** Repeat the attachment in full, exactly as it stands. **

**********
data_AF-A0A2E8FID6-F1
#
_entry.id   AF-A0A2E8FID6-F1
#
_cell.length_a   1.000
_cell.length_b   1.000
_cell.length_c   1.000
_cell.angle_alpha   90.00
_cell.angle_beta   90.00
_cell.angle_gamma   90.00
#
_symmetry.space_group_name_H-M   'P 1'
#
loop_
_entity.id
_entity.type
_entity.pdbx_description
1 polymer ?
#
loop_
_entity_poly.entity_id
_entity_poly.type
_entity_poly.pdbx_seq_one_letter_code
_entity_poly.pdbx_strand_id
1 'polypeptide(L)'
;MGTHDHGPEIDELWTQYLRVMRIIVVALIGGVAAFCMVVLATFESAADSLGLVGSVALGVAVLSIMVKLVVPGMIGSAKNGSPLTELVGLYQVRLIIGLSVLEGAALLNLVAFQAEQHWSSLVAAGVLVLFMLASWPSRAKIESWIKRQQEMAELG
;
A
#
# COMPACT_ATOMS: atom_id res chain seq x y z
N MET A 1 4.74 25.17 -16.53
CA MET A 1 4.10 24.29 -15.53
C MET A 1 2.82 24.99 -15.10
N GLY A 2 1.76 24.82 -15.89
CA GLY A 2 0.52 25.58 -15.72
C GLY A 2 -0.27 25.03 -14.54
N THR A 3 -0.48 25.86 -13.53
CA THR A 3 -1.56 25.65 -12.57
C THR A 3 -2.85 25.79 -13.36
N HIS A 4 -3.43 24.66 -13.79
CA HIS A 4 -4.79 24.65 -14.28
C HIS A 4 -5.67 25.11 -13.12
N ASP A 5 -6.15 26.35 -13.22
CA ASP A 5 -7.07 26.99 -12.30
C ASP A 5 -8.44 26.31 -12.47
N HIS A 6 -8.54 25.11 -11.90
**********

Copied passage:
data_AF-A0A2E8FID6-F1
#
_entry.id   AF-A0A2E8FID6-F1
#
_cell.length_a   1.000
_cell.length_b   1.000
_cell.length_c   1.000
_cell.angle_alpha   90.00
_cell.angle_beta   90.00
_cell.angle_gamma   90.00
#
_symmetry.space_group_name_H-M   'P 1'
#
loop_
_entity.id
_entity.type
_entity.pdbx_description
1 polymer ?
#
loop_
_entity_poly.entity_id
_entity_poly.type
_entity_poly.pdbx_seq_one_letter_code
_entity_poly.pdbx_strand_id
1 'polypeptide(L)'
;MGTHDHGPEIDELWTQYLRVMRIIVVALIGGVAAFCMVVLATFESAADSLGLVGSVALGVAVLSIMVKLVVPGMIGSAKNGSPLTELVGLYQVRLIIGLSVLEGAALLNLVAFQAEQHWSSLVAAGVLVLFMLASWPSRAKIESWIKRQQEMAELG
;
A
#
# COMPACT_ATOMS: atom_id res chain seq x y z
N MET A 1 4.74 25.17 -16.53
CA MET A 1 4.10 24.29 -15.53
C MET A 1 2.82 24.99 -15.10
N GLY A 2 1.76 24.82 -15.89
CA GLY A 2 0.52 25.58 -15.72
C GLY A 2 -0.27 25.03 -14.54
N THR A 3 -0.48 25.86 -13.53
CA THR A 3 -1.56 25.65 -12.57
C THR A 3 -2.85 25.79 -13.36
N HIS A 4 -3.43 24.66 -13.79
CA HIS A 4 -4.79 24.65 -14.28
C HIS A 4 -5.67 25.11 -13.12
N ASP A 5 -6.15 26.35 -13.22
CA ASP A 5 -7.07 26.99 -12.30
C ASP A 5 -8.44 26.31 -12.47
N HIS A 6 -8.54 25.11 -11.90